Unincorporated communities, localities and place names located partially or completely within the township include Bridges Pond and Valley View.
|Population sources: 1910-1920
1930-1990 2000 2010
As of the census of 2010, there were 8,318 people, 2,778 households, and 2,028 families residing in the borough. The population density was 7,203.9 per square mile (2,781.4/km2). There were 2,932 housing units at an average density of 2,539.3 per square mile (980.4/km2)*. The racial makeup of the borough was 62.38% (5,189) White, 11.77% (979) Black or African American, 0.53% (44) Native American, 6.35% (528) Asian, 0.10% (8) Pacific Islander, 14.72% (1,224) from other races, and 4.16% (346) from two or more races. [[Hispanic (U.S. Census)|Hispanic or Latino of any race were 41.60% (3,460) of the population.
There were 2,778 households out of which 39.0% had children under the age of 18 living with them, 44.1% were married couples living together, 22.0% had a female householder with no husband present, and 27.0% were non-families. 21.2% of all households were made up of individuals, and 7.5% had someone living alone who was 65 years of age or older. The average household size was 2.98 and the average family size was 3.48.
In the borough, the population was spread out with 26.3% under the age of 18, 11.2% from 18 to 24, 28.0% from 25 to 44, 24.1% from 45 to 64, and 10.4% who were 65 years of age or older. The median age was 33.7 years. For every 100 females there were 91.4 males. For every 100 females ages 18 and old there were 88.3 males.
The Census Bureau's 2006-2010 American Community Survey showed that (in 2010 inflation-adjusted dollars) median household income was $58,049 (with a margin of error of +/- $11,220) and the median family income was $65,833 (+/- $15,887). Males had a median income of $36,204 (+/- $9,406) versus $45,211 (+/- $6,778) for females. The per capita income for the borough was $20,317 (+/- $4,090). About 3.3% of families and 6.2% of the population were below the poverty line, including 7.3% of those under age 18 and 2.3% of those age 65 or over.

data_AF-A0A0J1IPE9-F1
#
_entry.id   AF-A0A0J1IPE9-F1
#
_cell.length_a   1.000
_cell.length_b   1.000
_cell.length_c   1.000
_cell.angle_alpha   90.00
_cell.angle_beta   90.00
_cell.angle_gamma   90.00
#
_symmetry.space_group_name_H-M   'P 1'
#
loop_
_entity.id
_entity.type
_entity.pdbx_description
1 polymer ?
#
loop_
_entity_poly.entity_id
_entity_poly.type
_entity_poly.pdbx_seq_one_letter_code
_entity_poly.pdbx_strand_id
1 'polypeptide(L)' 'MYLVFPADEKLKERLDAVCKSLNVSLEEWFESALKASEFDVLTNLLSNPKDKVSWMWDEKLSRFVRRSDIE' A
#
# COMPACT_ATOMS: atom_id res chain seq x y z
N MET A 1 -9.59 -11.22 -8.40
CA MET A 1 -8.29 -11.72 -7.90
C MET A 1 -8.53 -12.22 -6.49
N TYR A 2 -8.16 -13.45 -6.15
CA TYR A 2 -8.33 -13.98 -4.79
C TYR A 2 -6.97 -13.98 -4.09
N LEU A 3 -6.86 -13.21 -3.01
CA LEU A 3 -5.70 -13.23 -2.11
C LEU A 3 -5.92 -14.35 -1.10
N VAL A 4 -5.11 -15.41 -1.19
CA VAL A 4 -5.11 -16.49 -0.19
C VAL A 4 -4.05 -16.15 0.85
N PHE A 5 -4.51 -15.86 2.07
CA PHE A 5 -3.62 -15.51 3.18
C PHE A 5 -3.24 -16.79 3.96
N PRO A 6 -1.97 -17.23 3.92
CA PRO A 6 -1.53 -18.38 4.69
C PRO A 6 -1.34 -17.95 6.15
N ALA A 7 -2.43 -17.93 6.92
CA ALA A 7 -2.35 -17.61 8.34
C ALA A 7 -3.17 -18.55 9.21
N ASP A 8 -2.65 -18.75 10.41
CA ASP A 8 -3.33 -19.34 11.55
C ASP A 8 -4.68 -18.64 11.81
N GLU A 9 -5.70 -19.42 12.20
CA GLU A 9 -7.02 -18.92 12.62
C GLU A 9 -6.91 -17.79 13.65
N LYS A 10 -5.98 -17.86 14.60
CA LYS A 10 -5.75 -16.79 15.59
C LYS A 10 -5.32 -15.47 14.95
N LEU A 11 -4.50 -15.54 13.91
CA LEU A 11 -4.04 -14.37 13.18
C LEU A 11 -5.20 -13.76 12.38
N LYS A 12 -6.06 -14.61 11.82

Same-sex couples headed 20 households in 2010, an increase from the 13 counted in 2000.
As of the 2000 United States Census there were 8,252 people, 2,820 households, and 1,974 families residing in the borough. The population density was 7,111.4 people per square mile (2,746.7/km2). There were 2,906 housing units at an average density of 2,504.3 per square mile (967.3/km2). The racial makeup of the borough was 73.59% White, 7.09% African American, 0.17% Native American, 4.57% Asian, 0.02% Pacific Islander, 10.09% from other races, and 4.46% from two or more races. Hispanic or Latino of any race were 22.60% of the population.
In the 2000 Census, 2.6% of Haledon's residents identified themselves as being of Arab American ancestry. This was the 11th-highest percentage of Arab American people in any place in the United States with 1,000 or more residents identifying their ancestry.
There were 2,820 households out of which 35.2% had children under the age of 18 living with them, 50.6% were married couples living together, 15.2% had a female householder with no husband present, and 30.0% were non-families. 23.4% of all households were made up of individuals and 9.3% had someone living alone who was 65 years of age or older. The average household size was 2.83 and the average family size was 3.41.
In the borough the population was spread out with 25.5% under the age of 18, 8.9% from 18 to 24, 31.9% from 25 to 44, 19.6% from 45 to 64, and 14.1% who were 65 years of age or older. The median age was 35 years. For every 100 females there were 89.4 males. For every 100 females age 18 and over, there were 85.4 males.
The median income for a household in the borough is $45,599, and the median income for a family is $49,014. Males had a median income of $37,143 versus $29,830 for females. The per capita income for the borough was $19,099. About 6.2% of families and 10.6% of the population were below the poverty line, including 12.9% of those under age 18 and 20.8% of those age 65 or over.
Roads and highways
As of May 2010[update], the borough had a total of 17.73 miles (28.53 km) of roadways, of which 11.71 miles (18.85 km) were maintained by the municipality and 6.02 miles (9.69 km) by Passaic County.
NJ Transit provides local bus service on the 703, 744 and the 748 routes.
Points of interest
- The Pietro and Maria Botto House has been listed on the National Register of Historic Places. The house is home of the American Labor Museum, which tells the story of Italian immigration in the area, and of the Paterson Silk Strike of 1913.
- Kossuth Street School, constructed in 1894, was added to the National Register of Historic Places in 1980.